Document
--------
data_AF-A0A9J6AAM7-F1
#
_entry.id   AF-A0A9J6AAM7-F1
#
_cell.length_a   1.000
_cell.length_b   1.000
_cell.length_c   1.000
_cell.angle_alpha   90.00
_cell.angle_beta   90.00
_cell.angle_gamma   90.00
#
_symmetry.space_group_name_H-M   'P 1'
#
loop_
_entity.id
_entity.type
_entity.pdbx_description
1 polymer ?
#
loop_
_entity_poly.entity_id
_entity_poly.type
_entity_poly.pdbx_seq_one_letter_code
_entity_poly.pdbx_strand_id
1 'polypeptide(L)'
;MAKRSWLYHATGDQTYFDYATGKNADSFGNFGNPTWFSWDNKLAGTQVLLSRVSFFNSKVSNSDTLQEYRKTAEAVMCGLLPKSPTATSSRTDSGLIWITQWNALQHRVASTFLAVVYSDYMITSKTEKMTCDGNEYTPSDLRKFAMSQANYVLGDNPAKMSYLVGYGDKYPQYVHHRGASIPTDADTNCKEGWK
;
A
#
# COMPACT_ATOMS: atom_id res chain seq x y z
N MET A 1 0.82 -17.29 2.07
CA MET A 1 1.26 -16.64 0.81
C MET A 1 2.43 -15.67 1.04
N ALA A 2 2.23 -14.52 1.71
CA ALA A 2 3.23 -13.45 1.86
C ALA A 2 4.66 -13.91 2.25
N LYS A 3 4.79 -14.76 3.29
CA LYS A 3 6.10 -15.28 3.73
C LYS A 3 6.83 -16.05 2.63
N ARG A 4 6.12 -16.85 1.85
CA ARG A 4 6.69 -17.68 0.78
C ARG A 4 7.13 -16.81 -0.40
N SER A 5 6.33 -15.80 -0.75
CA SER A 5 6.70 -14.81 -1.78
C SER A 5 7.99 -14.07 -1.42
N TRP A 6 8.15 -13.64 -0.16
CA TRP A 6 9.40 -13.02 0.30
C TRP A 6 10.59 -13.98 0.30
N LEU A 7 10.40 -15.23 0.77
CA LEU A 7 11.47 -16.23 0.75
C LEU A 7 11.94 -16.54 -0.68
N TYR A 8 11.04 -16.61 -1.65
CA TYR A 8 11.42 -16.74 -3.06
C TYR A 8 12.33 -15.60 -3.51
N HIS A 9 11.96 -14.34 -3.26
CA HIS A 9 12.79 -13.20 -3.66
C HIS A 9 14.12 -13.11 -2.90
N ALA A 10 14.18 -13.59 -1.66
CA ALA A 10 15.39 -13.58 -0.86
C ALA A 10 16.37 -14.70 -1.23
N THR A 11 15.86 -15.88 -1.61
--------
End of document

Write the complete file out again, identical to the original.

data_AF-A0A9J6AAM7-F1
#
_entry.id   AF-A0A9J6AAM7-F1
#
_cell.length_a   1.000
_cell.length_b   1.000
_cell.length_c   1.000
_cell.angle_alpha   90.00
_cell.angle_beta   90.00
_cell.angle_gamma   90.00
#
_symmetry.space_group_name_H-M   'P 1'
#
loop_
_entity.id
_entity.type
_entity.pdbx_description
1 polymer ?
#
loop_
_entity_poly.entity_id
_entity_poly.type
_entity_poly.pdbx_seq_one_letter_code
_entity_poly.pdbx_strand_id
1 'polypeptide(L)'
;MAKRSWLYHATGDQTYFDYATGKNADSFGNFGNPTWFSWDNKLAGTQVLLSRVSFFNSKVSNSDTLQEYRKTAEAVMCGLLPKSPTATSSRTDSGLIWITQWNALQHRVASTFLAVVYSDYMITSKTEKMTCDGNEYTPSDLRKFAMSQANYVLGDNPAKMSYLVGYGDKYPQYVHHRGASIPTDADTNCKEGWK
;
A
#
# COMPACT_ATOMS: atom_id res chain seq x y z
N MET A 1 0.82 -17.29 2.07
CA MET A 1 1.26 -16.64 0.81
C MET A 1 2.43 -15.67 1.04
N ALA A 2 2.23 -14.52 1.71
CA ALA A 2 3.23 -13.45 1.86
C ALA A 2 4.66 -13.91 2.25
N LYS A 3 4.79 -14.76 3.29
CA LYS A 3 6.10 -15.28 3.73
C LYS A 3 6.83 -16.05 2.63
N ARG A 4 6.12 -16.85 1.85
CA ARG A 4 6.69 -17.68 0.78
C ARG A 4 7.13 -16.81 -0.40
N SER A 5 6.33 -15.80 -0.75
CA SER A 5 6.70 -14.81 -1.78
C SER A 5 7.99 -14.07 -1.42
N TRP A 6 8.15 -13.64 -0.16
CA TRP A 6 9.40 -13.02 0.30
C TRP A 6 10.59 -13.98 0.30
N LEU A 7 10.40 -15.23 0.77
CA LEU A 7 11.47 -16.23 0.75
C LEU A 7 11.94 -16.54 -0.68
N TYR A 8 11.04 -16.61 -1.65
CA TYR A 8 11.42 -16.74 -3.06
C TYR A 8 12.33 -15.60 -3.51
N HIS A 9 11.96 -14.34 -3.26
CA HIS A 9 12.79 -13.20 -3.66
C HIS A 9 14.12 -13.11 -2.90
N ALA A 10 14.18 -13.59 -1.66
CA ALA A 10 15.39 -13.58 -0.86
C ALA A 10 16.37 -14.70 -1.23
N THR A 11 15.86 -15.88 -1.61